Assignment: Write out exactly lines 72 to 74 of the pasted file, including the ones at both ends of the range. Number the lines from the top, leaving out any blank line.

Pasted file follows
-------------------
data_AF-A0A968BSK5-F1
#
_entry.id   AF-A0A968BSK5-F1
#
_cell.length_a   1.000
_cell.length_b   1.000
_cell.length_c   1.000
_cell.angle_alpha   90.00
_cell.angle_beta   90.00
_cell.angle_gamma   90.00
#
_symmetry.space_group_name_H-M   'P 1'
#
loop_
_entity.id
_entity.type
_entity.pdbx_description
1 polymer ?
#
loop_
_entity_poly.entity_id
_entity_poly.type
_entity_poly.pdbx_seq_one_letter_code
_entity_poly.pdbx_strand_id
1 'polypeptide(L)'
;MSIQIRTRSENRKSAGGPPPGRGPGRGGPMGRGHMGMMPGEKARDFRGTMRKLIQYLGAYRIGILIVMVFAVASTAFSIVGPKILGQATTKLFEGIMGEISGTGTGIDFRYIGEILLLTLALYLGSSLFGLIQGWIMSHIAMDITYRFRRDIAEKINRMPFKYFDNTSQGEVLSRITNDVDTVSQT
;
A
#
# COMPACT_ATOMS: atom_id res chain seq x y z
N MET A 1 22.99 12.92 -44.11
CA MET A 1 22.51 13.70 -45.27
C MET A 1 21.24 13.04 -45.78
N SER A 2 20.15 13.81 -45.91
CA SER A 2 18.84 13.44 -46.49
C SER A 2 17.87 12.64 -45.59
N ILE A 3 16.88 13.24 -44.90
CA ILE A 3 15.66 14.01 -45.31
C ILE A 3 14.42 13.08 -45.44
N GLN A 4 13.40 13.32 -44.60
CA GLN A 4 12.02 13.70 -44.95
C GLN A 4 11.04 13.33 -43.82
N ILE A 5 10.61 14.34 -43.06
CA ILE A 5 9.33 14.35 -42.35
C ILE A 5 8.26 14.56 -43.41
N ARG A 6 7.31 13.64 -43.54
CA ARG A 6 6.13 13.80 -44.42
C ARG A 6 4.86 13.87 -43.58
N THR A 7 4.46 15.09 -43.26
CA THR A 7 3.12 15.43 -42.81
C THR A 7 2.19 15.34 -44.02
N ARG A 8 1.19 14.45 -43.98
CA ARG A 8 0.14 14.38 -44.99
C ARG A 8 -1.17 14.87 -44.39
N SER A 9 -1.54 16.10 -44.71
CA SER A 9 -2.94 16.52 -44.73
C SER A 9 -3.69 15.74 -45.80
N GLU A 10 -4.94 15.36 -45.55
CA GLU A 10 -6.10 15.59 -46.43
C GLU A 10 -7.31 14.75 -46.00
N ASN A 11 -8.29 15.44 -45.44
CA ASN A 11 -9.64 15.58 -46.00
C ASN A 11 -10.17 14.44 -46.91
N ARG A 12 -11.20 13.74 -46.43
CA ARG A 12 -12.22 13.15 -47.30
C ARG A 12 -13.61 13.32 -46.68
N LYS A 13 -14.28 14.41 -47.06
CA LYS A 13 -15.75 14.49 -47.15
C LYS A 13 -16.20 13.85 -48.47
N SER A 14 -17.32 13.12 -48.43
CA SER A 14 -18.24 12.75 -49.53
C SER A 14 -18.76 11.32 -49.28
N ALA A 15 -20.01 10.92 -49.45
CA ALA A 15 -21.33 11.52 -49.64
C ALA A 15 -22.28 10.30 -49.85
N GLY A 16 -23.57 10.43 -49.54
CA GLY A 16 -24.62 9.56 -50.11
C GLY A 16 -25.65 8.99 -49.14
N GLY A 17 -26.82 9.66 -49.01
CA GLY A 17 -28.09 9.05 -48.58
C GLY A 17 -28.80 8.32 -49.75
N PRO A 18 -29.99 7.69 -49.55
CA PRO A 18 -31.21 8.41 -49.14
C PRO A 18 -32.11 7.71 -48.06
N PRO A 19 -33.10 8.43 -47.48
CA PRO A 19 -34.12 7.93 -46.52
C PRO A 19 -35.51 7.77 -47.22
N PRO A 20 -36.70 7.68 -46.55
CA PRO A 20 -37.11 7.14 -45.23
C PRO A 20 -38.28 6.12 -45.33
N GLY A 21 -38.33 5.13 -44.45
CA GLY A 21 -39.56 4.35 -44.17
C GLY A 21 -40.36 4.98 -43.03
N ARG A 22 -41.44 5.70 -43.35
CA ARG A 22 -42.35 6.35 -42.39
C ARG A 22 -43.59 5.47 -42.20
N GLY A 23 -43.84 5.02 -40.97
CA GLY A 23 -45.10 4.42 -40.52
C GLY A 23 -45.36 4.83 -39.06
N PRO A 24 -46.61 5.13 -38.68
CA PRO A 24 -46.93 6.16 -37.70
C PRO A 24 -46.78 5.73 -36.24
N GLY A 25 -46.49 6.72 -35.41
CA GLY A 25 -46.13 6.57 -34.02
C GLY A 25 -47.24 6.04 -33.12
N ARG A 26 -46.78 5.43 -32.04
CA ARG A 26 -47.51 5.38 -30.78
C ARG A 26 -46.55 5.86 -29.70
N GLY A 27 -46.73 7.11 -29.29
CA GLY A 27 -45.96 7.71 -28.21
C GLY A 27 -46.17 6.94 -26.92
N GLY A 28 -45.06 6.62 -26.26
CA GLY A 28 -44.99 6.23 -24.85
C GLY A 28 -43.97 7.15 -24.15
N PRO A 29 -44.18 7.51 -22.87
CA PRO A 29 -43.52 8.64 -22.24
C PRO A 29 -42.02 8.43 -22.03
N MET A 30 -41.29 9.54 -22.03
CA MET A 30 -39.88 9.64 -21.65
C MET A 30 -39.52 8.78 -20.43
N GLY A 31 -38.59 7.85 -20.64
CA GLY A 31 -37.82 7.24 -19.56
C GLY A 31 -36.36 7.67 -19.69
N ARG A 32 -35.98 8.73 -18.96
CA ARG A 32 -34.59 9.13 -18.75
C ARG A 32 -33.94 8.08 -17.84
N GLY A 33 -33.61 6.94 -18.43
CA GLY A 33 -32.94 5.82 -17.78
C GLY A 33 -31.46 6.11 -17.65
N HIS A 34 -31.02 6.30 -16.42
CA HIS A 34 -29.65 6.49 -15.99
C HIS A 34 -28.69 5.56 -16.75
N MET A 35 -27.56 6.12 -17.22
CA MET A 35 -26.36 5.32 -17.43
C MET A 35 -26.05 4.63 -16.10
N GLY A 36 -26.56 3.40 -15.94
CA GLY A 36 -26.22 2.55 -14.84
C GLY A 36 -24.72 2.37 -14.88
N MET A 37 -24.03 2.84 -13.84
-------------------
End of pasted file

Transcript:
C SER A 14 -18.76 11.32 -49.28
N ALA A 15 -20.01 10.92 -49.45
CA ALA A 15 -21.33 11.52 -49.64